The Rangers knew what an incredible they had found, so Pudge’s minor league career did not last very long. After being selected as the best catcher in the Florida State League during the 1990 season (hitting .287 with 55 RBI) and also playing the Puerto Rican Professional Baseball League in the offseason, Rodriguez began the 1991 season with the Rangers AA minor league affiliate the Tulsa Drillers. After just 50 games there where he batted .274 and moved his way up to the #1 prospect ranking in the Texas organization, he was called up to the major league team before mid-season.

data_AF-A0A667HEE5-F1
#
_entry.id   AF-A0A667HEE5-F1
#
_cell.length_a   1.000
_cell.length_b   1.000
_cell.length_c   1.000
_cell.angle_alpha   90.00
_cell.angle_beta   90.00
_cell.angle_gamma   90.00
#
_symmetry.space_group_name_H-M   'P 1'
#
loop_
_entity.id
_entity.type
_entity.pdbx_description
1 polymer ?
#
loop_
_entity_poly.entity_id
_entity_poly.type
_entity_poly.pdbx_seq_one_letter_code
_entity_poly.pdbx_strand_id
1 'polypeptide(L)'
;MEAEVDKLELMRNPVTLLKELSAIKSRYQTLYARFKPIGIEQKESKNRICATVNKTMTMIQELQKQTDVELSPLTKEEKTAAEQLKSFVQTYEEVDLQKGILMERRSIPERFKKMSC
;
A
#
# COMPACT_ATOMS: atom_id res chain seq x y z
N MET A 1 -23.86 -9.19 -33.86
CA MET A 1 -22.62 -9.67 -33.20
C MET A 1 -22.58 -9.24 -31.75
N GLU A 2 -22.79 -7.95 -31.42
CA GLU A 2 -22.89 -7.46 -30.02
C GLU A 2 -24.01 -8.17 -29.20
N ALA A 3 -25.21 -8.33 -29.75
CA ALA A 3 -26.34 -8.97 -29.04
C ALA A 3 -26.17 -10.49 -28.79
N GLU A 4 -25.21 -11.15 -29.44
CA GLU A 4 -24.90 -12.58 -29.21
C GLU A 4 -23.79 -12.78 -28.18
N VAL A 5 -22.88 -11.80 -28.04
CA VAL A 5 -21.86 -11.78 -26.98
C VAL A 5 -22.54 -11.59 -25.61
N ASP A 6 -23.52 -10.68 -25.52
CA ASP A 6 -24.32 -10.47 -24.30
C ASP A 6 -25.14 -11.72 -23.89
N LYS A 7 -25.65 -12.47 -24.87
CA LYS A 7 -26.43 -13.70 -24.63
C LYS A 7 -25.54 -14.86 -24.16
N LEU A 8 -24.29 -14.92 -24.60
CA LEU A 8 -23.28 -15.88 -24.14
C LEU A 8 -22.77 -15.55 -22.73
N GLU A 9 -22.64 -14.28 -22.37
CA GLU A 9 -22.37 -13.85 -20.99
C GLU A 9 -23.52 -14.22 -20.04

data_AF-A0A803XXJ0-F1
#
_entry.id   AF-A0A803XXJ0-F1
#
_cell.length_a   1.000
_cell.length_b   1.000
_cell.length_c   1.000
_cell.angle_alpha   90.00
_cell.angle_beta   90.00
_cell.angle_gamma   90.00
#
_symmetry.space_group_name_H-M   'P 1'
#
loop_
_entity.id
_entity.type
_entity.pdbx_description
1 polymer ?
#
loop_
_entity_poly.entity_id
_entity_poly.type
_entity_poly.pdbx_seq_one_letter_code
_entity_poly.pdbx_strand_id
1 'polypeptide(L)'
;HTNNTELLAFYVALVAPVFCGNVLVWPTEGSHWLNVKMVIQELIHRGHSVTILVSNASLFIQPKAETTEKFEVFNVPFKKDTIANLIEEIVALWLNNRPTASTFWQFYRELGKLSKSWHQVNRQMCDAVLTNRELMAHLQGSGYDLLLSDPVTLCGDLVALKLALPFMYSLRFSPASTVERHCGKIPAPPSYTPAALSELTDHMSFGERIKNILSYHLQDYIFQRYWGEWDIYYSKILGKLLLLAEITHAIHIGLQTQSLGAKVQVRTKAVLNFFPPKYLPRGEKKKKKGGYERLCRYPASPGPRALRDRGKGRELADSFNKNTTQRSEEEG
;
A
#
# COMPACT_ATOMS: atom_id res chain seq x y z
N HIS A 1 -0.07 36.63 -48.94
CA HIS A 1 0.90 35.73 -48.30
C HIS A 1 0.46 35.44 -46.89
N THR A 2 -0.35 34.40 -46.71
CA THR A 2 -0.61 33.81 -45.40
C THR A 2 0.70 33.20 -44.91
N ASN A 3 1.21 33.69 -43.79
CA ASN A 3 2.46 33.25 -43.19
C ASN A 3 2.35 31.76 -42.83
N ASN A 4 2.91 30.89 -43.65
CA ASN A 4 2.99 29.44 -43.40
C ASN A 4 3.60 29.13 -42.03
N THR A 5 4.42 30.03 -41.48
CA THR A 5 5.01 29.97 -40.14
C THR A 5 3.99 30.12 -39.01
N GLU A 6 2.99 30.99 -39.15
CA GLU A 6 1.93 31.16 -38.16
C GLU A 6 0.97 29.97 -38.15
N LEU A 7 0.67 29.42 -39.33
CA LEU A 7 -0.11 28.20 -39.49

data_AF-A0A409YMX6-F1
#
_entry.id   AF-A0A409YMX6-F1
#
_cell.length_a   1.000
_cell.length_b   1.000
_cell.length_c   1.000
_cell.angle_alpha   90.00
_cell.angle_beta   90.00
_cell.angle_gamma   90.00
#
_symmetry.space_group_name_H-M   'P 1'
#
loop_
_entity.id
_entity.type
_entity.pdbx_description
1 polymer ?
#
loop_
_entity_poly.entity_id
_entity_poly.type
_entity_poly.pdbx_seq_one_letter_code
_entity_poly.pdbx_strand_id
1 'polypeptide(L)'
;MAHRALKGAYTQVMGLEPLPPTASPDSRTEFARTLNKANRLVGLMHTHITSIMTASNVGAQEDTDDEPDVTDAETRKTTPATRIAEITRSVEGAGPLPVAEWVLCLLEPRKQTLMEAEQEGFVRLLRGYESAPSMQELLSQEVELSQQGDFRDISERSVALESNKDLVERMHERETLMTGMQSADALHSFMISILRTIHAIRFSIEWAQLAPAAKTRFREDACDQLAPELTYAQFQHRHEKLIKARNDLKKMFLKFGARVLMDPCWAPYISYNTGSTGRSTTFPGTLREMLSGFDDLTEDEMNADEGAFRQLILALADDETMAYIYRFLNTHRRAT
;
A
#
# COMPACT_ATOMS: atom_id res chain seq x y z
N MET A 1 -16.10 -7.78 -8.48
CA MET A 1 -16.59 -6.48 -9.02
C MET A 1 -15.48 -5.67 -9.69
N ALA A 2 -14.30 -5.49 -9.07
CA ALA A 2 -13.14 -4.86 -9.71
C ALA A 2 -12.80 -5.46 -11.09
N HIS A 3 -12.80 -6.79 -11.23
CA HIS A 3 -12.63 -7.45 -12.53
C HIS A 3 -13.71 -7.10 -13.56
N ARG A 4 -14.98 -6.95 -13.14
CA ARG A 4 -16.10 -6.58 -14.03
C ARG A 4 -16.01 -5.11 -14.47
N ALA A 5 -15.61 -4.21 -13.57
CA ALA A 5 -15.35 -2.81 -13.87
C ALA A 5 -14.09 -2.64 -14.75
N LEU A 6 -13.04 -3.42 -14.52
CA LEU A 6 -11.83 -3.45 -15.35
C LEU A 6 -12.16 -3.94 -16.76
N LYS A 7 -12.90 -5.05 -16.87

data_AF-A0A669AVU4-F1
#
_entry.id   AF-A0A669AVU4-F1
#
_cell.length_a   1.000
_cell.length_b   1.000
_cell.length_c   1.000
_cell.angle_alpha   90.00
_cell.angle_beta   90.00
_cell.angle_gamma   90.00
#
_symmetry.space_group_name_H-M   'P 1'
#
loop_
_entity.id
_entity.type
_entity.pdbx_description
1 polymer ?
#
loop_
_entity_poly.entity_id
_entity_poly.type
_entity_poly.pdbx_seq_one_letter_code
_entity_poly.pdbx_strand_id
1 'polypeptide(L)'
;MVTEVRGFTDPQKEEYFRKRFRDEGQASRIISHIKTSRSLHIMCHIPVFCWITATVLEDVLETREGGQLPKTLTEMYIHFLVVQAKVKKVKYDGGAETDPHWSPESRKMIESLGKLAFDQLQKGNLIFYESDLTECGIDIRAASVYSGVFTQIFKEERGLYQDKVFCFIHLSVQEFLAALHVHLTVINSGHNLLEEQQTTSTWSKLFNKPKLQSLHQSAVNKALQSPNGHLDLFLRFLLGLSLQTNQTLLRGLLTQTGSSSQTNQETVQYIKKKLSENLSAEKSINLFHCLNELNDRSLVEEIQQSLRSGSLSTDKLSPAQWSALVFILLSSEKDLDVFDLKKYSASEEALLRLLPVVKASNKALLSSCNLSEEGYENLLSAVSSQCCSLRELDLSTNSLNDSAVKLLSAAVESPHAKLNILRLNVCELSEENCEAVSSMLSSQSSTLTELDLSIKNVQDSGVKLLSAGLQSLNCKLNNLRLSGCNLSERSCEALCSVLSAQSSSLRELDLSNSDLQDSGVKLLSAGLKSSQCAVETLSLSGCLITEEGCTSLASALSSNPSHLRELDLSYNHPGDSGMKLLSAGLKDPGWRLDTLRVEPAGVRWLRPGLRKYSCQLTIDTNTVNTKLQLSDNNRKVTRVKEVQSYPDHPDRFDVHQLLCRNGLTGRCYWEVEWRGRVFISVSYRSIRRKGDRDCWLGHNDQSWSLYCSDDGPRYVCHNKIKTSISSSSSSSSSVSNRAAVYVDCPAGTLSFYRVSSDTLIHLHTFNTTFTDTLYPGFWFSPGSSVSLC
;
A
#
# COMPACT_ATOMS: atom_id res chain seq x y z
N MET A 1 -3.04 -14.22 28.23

On June 20, 1991 at the age of 19, Pudge became the youngest catcher to ever start a Major League Baseball game and went 1 for 4 with 2 RBIs for the Bobby Valentine led Rangers. He also threw out two runners trying to steal in his debut, a trend that would continue throughout his professional career. I won’t bore you with all the details of his MLB career, but a few stats can sum up most his accomplishments offensively. Over the 21 seasons he played, he was associated with 7 teams:  Texas Rangers (1991-2002), Florida Marlins (won the 2003 World Series and the NLCS MVP in his lone season in Miami), Detroit Tigers (2004-2008), New York Yankees (second half of the 2008 season, I pretend this never happened and he probably does too),  Houston Astros (first half of 2009), back to Texas (second half of 2009), and finally two seasons with the Washington Nationals (2010-2011). As I mentioned earlier he hit .296 for his career with 311 HR, 1332 RBI, 2,844 hits, a .798 slugging percentage, and 572 doubles. He won the American League Most Valuable Player award in 1999, was a 7-time silver slugger recipient and a 14-time all-star.